For brands, it’s a good way to objectively measure how much influence an influencer actually has, and for influencers it’s great to earn an income from the brands and products you generally love, support and naturally endorse. Affiliate marketing generally won’t be an influencer’s only source to income, as it is not reliable or steady, however, it is a good way to earn incremental revenue.
If you find you enjoy doing the yard sale thing on Facebook, you can do a brisk business in picking things up for resale. You can search through local yard sales, rummages sales, thrift stores, and similar places for valuable items you can flip for a profit online. You can also engage in retail arbitrage, finding items at retail outlets for incredibly low prices and selling them for a profit on Facebook. Leverage your timeline, Facebook groups, and Marketplace as above.
According to a 2016 article diving into the topic of sharing privately and the effect social media has on expectations of privacy, "1.18 billion people will log into their Facebook accounts, 500 million tweets will be sent, and there will be 95 million photos and videos posted on Instagram" in a day. Much of the privacy concerns individuals face stem from their own posts on a form of social network. Users have the choice to share voluntarily, and has been ingrained into society as routine and normative. Social media is a snapshot of our lives; a community we have created on the behaviors of sharing, posting, liking, and communicating. Sharing has become a phenomenon which social media and networks have uprooted and introduced to the world.[183] The idea of privacy is redundant; once something is posted, its accessibility remains constant even if we select who is potentially able to view it. People desire privacy in some shape or form, yet also contribute to social media, which makes it difficult to maintain privacy.[184] Mills offers options for reform which include copyright and the application of the law of confidence; more radically, a change to the concept of privacy itself.
Digital products give influencers the opportunity to create something tangible that they can distribute and sell to their network to earn an income from their knowledge, influence and expertise. Fitness queen Kayla Itsines is a great example of an influencer empire built on digital products and influence, with her downloadable workout program Bikini Body Guide and her newly launched app Sweat With Kayla.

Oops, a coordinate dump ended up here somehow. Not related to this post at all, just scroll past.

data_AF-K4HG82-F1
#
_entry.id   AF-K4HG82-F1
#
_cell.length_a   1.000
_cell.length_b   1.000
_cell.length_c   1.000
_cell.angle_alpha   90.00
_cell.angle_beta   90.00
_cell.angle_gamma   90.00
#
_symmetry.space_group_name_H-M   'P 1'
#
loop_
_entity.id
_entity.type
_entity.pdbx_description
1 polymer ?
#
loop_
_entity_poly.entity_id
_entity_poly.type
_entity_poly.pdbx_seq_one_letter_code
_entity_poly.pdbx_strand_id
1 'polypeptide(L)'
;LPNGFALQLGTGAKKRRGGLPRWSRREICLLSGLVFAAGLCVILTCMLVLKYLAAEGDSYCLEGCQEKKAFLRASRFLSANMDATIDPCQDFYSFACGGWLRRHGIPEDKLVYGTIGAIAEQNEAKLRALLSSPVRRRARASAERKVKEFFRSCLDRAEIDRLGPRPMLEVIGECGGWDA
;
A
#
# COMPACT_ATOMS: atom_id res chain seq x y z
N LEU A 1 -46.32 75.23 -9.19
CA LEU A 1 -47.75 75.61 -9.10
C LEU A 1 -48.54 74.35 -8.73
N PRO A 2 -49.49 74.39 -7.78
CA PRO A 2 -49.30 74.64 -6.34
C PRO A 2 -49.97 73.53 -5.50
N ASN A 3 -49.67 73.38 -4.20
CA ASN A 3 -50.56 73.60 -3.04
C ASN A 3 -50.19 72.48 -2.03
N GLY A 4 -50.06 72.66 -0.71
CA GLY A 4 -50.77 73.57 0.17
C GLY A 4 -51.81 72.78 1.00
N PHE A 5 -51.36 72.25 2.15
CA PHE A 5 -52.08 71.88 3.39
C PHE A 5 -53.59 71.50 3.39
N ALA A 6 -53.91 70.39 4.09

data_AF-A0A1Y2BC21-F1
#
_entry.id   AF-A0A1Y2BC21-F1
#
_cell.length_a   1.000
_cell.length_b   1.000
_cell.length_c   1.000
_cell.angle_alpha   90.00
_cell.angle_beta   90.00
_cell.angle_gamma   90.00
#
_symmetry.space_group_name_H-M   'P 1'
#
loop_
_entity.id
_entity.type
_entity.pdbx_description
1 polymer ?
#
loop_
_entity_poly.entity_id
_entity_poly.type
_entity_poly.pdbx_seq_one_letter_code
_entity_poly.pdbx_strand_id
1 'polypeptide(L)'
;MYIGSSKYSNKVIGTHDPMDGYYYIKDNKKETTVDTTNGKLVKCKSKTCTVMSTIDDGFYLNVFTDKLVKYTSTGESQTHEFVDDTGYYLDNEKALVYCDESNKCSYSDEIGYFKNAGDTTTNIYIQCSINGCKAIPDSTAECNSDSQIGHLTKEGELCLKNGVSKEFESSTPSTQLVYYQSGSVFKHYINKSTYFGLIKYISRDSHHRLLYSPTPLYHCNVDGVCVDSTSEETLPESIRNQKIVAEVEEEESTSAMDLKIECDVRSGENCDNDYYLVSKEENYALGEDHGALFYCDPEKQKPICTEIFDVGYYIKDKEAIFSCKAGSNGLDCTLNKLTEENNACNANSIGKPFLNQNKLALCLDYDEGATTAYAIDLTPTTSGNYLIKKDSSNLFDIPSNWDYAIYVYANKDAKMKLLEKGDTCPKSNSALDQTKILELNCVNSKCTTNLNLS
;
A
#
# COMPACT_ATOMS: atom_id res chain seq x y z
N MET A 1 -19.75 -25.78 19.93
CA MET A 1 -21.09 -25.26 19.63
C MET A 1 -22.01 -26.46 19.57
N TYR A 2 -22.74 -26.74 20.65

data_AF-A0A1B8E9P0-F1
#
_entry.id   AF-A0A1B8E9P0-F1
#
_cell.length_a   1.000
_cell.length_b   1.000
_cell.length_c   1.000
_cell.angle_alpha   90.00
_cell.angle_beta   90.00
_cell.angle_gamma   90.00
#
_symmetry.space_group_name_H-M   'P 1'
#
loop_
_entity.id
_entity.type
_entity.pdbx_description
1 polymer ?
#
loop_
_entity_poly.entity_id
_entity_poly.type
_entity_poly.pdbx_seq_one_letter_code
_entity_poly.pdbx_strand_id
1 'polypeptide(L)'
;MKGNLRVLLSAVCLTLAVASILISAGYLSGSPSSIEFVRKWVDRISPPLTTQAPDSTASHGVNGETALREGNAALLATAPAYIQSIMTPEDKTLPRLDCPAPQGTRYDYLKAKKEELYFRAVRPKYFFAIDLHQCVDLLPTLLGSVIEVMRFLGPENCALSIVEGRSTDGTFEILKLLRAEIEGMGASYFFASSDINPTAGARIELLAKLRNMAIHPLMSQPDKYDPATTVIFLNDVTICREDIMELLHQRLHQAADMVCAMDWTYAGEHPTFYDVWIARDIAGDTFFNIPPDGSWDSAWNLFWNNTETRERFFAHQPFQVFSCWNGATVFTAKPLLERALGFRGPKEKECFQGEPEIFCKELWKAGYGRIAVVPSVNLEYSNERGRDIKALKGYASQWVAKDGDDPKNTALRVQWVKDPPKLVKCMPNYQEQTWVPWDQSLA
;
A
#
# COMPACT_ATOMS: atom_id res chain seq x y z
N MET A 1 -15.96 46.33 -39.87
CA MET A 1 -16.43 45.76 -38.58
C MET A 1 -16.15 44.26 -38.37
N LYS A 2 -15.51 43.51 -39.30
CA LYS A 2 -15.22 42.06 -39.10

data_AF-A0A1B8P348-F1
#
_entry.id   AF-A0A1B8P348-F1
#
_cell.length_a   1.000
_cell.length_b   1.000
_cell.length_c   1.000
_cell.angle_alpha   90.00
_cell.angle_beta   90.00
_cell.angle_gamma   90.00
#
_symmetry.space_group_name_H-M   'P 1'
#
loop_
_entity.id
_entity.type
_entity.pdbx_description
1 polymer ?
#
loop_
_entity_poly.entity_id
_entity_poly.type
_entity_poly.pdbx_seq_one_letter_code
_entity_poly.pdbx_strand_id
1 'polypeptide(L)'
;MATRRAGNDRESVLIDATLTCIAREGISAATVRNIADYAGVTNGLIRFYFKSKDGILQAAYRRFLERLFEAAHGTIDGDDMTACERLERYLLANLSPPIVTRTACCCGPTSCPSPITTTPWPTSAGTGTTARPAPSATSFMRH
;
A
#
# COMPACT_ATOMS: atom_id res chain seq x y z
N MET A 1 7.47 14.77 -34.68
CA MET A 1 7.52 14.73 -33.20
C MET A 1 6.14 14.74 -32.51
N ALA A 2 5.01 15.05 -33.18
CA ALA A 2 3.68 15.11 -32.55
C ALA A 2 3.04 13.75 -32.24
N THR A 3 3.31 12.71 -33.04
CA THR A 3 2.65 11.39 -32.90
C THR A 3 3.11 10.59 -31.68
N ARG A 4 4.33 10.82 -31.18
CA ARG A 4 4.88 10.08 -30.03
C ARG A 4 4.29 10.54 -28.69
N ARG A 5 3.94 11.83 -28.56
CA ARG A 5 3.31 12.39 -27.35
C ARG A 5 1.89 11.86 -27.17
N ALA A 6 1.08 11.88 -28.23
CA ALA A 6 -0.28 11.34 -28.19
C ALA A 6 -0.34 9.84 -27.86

Usenet, which arrived in 1979, was beat by a precursor of the electronic bulletin board system (BBS) known as Community Memory in 1973. True electronic bulletin board systems arrived with the Computer Bulletin Board System in Chicago, which first came online on 16 February 1978. Before long, most major cities had more than one BBS running on TRS-80, Apple II, Atari, IBM PC, Commodore 64, Sinclair, and similar personal computers. The IBM PC was introduced in 1981, and subsequent models of both Mac computers and PCs were used throughout the 1980s. Multiple modems, followed by specialized telecommunication hardware, allowed many users to be online simultaneously. Compuserve, Prodigy and AOL were three of the largest BBS companies and were the first to migrate to the Internet in the 1990s. Between the mid-1980s and the mid-1990s, BBSes numbered in the tens of thousands in North America alone.[11] Message forums (a specific structure of social media) arose with the BBS phenomenon throughout the 1980s and early 1990s. When the Internet proliferated in the mid-1990s, message forums migrated online, becoming Internet forums, primarily due to cheaper per-person access as well as the ability to handle far more people simultaneously than telco modem banks.